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Zero COVID-positive cases found in OSU Study 

Researchers conclude one in 1,000 people in Bend had an active case of COVID-19 during study

Last month, a group of field teams working with Oregon State University fanned out across Bend to test households for COVID-19. They tested 615 people in Bend, and no one tested positive.

The Team-based Rapid Assessment of Community-Level Coronavirus Epidemics, or TRACE study, is led by a group of researchers at OSU who want to determine the prevalence of COVID-19 in certain communities. It began in Corvallis in April, and then moved on to Bend at the end of May. The researchers will go to Newport next weekend where 120 workers at Pacific Seafood (processing plants) have tested positive.

click to enlarge Thirty coronavirus testers visited 30 neighborhoods in Bend May 30-31 and tested hundreds of willing participants. The goal was to discover the prevalence of active COVID-19 cases in the general population. - OREGON STATE UNIVERSITY
  • Oregon State University
  • Thirty coronavirus testers visited 30 neighborhoods in Bend May 30-31 and tested hundreds of willing participants. The goal was to discover the prevalence of active COVID-19 cases in the general population.

Even though Bend’s test results from the randomized study were zero, researchers concluded that one out of 1,000 people in Bend have contagious cases of COVID-19 based on modeling and prior cases reported by the Oregon Health Authority. This adds up to an estimated 100 cases within Bend’s population of 100,421. As of June 16, Deschutes County Health Services reported 137 positive cases since testing began three months ago, and 122 of these people have recovered.


“This level of prevalence is consistent with Bend residents being careful about social distancing, wearing masks and staying home prior to Phase One reopening in Deschutes County,” said project leader Ben Dalziel, an assistant professor at OSU’s College of Science. “One in 1,000 is low, but the virus is still in the population and we know it is readily transmitted.”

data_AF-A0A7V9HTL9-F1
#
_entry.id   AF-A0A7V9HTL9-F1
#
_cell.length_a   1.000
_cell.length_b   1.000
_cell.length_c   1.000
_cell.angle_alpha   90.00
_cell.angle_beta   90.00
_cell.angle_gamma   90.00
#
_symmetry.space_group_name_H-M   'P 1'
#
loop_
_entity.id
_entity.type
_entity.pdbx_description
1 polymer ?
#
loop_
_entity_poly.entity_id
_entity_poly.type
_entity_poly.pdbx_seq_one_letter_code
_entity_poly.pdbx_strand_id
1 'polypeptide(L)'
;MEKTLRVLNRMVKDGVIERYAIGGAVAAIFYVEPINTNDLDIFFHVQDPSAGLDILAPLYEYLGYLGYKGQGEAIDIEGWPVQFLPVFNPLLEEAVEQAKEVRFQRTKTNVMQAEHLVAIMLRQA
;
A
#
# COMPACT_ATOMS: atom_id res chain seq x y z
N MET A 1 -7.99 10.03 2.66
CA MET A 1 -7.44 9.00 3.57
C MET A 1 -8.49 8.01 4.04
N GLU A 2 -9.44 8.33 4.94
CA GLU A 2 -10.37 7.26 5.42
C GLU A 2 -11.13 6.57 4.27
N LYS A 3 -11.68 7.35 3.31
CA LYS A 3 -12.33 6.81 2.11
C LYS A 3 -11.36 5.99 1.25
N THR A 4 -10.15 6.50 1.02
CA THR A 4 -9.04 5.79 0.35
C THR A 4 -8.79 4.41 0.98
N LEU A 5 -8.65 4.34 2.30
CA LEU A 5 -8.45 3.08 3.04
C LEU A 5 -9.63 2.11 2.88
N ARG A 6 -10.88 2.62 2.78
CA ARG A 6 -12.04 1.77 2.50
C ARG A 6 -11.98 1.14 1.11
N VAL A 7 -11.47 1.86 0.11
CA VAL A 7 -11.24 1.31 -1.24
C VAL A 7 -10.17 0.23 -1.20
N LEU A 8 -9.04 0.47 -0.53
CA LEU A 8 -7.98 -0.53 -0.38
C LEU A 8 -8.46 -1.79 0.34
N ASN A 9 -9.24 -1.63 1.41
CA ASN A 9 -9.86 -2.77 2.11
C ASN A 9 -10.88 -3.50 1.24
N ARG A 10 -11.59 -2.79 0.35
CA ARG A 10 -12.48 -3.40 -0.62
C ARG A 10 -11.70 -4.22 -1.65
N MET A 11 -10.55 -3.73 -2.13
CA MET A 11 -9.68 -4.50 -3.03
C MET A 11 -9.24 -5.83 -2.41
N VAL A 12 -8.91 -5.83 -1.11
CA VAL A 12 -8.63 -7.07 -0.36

Another project co-leader, Jeff Bethel, an associate professor at OSU’s College of Public Health and Human Sciences, said that even when the general population has a low prevalence, clusters may emerge quickly in high-risk environments, such as the food processing facilities in Newport and others around the U.S.

The OSU researchers corroborated with another prevalence study in Bend conducted by Biobot Analytics which has been testing waste water samples in certain Bend neighborhoods for COVID-19. Researchers from that study estimated hundreds of cases in Bend during a few non-consecutive weeks in April, but found no traces since April 28.

The field teams didn’t perform antibody tests, which may have demonstrated how many people in the county had coronavirus in the past. St. Charles Health System reported on April 26 that the FDA has only approved a few antibody tests and that many tests sold online or on the underground market are fraudulent. Further, the Centers for Disease Control and Prevention along with the World Health Organization said said that a positive antibody test does not definitively equal immunity.

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